In The Continental Reformation (A.D. 1500-1600), there is a more in-depth analysis of the contributions of Luther and Calvin, along with a brief explanation of the five “Solas” (common to most modern Protestant churches) and also “TULIP” or the Five Points of Calvinism. Even if a student’s family isn’t Reformed, it’s important to understand that these exist. Mr. Cosby also briefly highlights the Council of Trent, and a few of Radical Reformation churches such as the Anabaptists.
The English Reformation and the Puritans (A.D. 1500-1700) covers the unique path taken in England with Henry VIII forming the Church of England, and the (sometimes bloody) legacy of his heirs. Elizabethan rule, the Puritans, and the King James Bible are all explained before the Scottish Reformation is explored. There is a brief biography of John Knox, an explanation of Charles I’s war with his own Parliament, and the Westminster Confession of Faith. Mr. Cosby also explains the Great Persecution under Charles II and William and Mary.
With three chapters remaining in God’s Story, we move into more recent history. Your students will begin to recognize the effects of these chapters in their own lives. Enlightenment and Awakening (A.D. 1700-1800) explores the move of Separatists to the United States and the rejection of institutional religion amongst a number of people in Europe. Mr. Cosby covers the Enlightenment and the rise of Deism, championed by Isaac Newton. He also explains Pietism and the efforts of Count Nicolaus Zinzendorf and the Moravian Brethren. Students will read about John Wesley and the Methodists, and The Great Awakening led by George Whitefield and Jonathan Edwards. He also covers David Brainerd and his missions work among the Native Americans as well as the work done by John Eliot.
Abandoning the Bible (A.D. 1800-1900) covers four departures from historical, Scriptural, orthodox Christian faith. The section on Revivalism covers the Second Great Awakening, Postmillennialism, revivalism as let by Charles Finney (and some of his departures from orthodoxy), the invention of Sunday School, abolitionism, and Dispensationalism. The section on Liberalism covers the Civil War, the rise of liberal theology and the rejection of the supernatural, the emphasis of “feeling” in religion, and the subsequent decrease of attendance in liberal churches (70%!) as they began to look just like the world. In the section on cults, students will learn of the invention of Mormonism and Jehovah’s Witnesses. Lastly, they will read of Evolution; the theory is explained along with the impact. The end of the chapter highlights a few preachers who stood in opposition to the hijacking of the true gospel.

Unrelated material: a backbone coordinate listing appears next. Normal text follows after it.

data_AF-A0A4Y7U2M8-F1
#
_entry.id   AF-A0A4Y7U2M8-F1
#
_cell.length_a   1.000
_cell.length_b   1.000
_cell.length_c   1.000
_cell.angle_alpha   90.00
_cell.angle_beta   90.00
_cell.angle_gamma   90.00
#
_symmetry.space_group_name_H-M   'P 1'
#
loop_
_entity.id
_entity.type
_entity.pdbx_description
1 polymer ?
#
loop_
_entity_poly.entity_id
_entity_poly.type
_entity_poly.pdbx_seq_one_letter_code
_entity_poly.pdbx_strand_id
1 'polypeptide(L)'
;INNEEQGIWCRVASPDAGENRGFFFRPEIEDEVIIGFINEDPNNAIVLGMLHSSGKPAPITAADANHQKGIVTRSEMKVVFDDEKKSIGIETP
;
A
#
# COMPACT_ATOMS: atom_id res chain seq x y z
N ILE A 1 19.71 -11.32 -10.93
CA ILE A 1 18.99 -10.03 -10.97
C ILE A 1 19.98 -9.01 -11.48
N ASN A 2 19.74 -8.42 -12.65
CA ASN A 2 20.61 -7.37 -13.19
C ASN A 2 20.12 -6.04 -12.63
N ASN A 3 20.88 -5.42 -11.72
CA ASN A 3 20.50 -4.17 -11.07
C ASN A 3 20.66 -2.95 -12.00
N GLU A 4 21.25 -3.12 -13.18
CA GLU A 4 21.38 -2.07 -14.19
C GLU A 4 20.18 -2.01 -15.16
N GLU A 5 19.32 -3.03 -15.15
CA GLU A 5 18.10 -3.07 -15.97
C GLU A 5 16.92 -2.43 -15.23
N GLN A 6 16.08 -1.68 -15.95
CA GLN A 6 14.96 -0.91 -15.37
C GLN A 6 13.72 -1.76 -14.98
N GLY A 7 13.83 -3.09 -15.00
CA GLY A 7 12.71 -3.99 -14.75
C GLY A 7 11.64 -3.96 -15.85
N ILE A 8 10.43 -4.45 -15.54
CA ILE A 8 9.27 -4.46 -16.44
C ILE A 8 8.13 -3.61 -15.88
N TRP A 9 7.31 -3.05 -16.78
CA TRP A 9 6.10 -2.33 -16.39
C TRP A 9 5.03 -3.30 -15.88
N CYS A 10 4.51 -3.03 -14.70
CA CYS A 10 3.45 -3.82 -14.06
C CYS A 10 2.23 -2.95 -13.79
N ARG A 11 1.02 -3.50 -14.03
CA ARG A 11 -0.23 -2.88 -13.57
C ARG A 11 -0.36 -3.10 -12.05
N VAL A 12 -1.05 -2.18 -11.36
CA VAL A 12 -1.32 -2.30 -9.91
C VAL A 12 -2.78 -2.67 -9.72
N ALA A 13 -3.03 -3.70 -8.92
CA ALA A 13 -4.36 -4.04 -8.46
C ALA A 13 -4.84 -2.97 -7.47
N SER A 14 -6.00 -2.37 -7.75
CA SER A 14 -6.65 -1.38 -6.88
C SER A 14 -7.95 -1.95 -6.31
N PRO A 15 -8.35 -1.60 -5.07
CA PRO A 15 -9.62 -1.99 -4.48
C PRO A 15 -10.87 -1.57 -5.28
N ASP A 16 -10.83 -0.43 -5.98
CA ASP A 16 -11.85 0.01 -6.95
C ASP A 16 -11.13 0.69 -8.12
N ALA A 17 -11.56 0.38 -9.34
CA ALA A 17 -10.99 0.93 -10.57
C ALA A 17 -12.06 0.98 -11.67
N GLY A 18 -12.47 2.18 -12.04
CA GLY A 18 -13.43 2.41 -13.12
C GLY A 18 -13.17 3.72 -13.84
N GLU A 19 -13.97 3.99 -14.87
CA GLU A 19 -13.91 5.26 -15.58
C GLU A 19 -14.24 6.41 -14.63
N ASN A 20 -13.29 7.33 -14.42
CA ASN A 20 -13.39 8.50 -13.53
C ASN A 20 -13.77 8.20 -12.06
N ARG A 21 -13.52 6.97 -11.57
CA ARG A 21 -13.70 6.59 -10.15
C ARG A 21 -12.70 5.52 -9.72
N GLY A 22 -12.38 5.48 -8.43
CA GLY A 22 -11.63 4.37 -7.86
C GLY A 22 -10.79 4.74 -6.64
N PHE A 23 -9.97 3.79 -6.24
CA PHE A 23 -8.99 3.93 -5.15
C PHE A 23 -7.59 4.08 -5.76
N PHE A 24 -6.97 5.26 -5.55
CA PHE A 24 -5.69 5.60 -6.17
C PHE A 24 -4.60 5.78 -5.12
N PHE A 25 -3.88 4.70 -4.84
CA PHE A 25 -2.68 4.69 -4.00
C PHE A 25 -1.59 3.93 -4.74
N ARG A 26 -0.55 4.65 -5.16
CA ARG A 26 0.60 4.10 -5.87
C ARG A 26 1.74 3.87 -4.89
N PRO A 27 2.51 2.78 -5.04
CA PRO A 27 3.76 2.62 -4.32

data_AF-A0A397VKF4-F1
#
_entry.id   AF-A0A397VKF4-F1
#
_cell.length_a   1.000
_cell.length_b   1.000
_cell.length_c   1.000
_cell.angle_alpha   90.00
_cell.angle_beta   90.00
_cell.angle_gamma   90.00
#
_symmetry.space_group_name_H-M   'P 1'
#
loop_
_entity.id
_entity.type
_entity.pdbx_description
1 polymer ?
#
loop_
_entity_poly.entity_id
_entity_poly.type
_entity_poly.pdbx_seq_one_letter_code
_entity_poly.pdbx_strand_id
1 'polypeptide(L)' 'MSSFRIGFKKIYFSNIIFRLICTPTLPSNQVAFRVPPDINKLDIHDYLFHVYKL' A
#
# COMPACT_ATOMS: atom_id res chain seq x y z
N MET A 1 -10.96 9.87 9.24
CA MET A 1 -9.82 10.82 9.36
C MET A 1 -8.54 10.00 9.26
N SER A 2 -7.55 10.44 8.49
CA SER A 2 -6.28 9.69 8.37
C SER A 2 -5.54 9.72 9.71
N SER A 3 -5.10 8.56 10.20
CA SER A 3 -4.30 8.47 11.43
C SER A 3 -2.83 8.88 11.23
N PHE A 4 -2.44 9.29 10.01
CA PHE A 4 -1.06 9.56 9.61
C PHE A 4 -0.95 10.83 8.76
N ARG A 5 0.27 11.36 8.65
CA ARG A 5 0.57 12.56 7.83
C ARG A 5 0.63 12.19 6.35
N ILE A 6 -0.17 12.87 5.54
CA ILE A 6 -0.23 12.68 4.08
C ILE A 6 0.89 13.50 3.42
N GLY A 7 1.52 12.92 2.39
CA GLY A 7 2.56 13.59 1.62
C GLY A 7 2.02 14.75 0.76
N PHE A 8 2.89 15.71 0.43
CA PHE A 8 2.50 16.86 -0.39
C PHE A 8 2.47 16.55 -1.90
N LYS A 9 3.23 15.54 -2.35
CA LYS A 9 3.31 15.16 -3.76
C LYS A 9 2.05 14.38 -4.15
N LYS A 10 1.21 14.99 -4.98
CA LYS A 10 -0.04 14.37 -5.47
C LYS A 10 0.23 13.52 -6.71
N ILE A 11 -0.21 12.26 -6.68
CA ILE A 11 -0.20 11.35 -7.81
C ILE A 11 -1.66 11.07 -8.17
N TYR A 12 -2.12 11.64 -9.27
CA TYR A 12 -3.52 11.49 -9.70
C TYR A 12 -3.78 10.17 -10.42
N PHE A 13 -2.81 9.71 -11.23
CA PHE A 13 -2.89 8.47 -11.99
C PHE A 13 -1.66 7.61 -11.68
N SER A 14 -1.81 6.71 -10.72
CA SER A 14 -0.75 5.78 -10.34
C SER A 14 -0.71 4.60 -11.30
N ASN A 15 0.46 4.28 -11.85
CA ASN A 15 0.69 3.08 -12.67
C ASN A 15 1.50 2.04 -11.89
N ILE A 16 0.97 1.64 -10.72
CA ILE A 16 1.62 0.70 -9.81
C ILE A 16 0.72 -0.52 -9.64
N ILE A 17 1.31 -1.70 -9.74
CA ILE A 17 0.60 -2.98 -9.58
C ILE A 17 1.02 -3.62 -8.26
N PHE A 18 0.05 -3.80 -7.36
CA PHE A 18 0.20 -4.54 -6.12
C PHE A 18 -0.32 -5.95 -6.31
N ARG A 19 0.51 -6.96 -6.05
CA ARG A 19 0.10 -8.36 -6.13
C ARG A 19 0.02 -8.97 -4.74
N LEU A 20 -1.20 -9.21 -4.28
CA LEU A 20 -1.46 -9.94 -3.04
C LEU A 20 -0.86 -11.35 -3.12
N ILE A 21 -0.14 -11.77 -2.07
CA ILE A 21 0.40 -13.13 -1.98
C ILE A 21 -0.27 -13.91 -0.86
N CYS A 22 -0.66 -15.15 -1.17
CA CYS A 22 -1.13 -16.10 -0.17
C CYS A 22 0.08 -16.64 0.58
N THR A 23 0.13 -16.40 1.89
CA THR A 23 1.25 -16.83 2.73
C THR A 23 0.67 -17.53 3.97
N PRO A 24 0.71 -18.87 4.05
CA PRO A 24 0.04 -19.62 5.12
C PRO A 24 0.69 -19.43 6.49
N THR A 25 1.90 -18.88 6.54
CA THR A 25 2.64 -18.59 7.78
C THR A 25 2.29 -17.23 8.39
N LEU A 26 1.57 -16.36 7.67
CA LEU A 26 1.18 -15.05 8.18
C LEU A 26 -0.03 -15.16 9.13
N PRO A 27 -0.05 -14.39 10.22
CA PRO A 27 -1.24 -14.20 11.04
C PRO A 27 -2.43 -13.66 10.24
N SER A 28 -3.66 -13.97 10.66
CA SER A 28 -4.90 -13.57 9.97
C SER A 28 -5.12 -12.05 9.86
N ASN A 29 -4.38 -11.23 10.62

The last section in God’s Story is Fundamentalism, Evangelicalism, and Global Christianity (A.D. 1900-Present). This section covers Fundamentalism and its emphasis on the non-negotiable pillars of the Christian faith as well as the Scopes “Monkey” Trial, Neo-orthodoxy and the emphasis on God’s true nature, Pentacostalism and its many branches as well as the tendency toward emphasis on personal power, and Evangelicalism along with the rise of youth culture zeal and efforts to restore a theologically conservative Christianity.
God’s Story: A Student’s Guide to History is a brief, theologically conservative look at the history of the Christian Church for middle school and high school students. Brian Cosby, a minister in the Presbyterian Church of America, is interesting, relative, and charitable in his historical overview. Church history is important. It helps us identify trends, movements and departures from the historic Christian faith. I highly recommend this book for your family.
You can purchase God’s Story: A Student’s Guide to Church History at:
Other books for students by Brian Cosby:
- Rebels Rescued: A Student’s Guide to Reformed Theology
- David Brainerd: A Love for the Lost (Trailblazers)
- John Bunyan: Journey of a Pilgrim (Trailblazers)
Other books for older students reviewed on Thinking Kids:
- Backchat: Answering Christianity’s Critics by Chris Sinkinson
- Water the Earth: A Student’s Guide to Missions by Aaron Little
- Bitesize Theology: An ABC of the Christian Faith by Peter Jeffrey
- Titanic, the Ship of Dreams: John Harper by Robert Plant
- Questions God Asks by Israel Wayne
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~ Danika Cooley
Danika Cooley is the author of When Lightning Struck! The Story of Martin Luther (Fortress Press, 2015), Wonderfully Made (CF4K, 2016), and Bible Road Trip. Her work has been featured in internationally-recognized children's magazines over 150 times.